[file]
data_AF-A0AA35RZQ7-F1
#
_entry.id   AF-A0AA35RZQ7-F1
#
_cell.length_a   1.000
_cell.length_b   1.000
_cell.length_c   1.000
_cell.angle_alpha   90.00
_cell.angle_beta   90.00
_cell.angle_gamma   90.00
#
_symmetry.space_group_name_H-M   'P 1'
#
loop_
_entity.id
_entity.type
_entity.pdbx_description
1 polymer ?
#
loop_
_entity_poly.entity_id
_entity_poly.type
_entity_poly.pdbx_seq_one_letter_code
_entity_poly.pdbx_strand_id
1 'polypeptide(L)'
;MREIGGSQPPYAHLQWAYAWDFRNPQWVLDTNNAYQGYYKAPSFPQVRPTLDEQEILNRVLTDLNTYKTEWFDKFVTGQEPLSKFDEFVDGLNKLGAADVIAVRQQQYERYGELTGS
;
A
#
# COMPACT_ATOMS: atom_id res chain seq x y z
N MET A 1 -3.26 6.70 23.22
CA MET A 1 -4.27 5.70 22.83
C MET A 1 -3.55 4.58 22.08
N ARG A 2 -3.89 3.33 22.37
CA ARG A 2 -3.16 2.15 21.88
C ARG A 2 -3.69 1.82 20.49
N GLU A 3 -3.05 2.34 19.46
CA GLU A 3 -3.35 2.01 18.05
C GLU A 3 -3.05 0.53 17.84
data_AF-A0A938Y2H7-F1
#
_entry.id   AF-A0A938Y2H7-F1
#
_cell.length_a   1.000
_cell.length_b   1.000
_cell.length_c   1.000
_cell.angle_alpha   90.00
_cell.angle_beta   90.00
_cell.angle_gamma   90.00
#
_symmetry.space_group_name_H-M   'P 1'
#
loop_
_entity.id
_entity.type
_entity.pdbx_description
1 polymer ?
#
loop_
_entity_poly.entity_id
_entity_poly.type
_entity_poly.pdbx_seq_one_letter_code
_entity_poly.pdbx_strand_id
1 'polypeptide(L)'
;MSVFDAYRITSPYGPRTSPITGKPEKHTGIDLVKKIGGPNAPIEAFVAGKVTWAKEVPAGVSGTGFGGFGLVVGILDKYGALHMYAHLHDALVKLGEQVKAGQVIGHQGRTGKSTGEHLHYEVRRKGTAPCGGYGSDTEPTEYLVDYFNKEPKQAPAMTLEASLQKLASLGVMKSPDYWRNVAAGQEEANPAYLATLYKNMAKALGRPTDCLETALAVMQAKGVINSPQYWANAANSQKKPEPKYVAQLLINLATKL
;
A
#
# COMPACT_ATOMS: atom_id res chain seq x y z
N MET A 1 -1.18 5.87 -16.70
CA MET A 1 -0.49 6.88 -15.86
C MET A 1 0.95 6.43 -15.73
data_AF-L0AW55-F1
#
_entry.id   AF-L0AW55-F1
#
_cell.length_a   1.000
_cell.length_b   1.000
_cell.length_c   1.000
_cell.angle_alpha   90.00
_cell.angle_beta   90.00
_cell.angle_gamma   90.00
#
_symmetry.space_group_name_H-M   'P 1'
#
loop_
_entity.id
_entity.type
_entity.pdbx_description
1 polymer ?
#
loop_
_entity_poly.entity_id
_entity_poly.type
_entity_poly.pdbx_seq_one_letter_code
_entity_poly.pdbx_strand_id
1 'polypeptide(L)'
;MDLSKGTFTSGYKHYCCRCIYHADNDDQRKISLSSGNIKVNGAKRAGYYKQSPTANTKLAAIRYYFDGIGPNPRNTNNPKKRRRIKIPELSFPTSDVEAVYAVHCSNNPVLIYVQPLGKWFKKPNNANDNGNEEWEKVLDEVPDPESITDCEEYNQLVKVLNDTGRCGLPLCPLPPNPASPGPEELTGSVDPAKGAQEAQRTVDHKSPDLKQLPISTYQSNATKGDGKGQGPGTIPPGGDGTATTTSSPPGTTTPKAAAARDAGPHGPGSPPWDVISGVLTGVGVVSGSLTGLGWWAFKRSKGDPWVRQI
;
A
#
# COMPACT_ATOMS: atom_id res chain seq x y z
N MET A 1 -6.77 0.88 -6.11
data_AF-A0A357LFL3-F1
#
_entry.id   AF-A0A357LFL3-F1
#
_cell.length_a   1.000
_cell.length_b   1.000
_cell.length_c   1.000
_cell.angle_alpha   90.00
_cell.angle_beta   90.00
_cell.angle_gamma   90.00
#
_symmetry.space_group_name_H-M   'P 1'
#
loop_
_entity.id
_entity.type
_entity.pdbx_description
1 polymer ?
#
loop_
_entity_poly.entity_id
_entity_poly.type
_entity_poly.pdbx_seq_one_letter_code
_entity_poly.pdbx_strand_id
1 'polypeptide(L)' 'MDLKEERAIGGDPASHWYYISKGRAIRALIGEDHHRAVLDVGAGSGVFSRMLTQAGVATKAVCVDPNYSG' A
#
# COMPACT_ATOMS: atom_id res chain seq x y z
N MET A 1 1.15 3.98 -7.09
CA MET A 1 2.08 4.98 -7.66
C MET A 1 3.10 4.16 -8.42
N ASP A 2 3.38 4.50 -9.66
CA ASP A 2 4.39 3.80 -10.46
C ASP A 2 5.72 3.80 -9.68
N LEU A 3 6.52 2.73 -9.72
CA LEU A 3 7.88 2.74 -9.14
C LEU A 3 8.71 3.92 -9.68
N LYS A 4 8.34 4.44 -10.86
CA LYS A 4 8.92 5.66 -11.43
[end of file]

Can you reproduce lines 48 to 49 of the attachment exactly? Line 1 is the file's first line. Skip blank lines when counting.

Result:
_cell.angle_beta   90.00
_cell.angle_gamma   90.00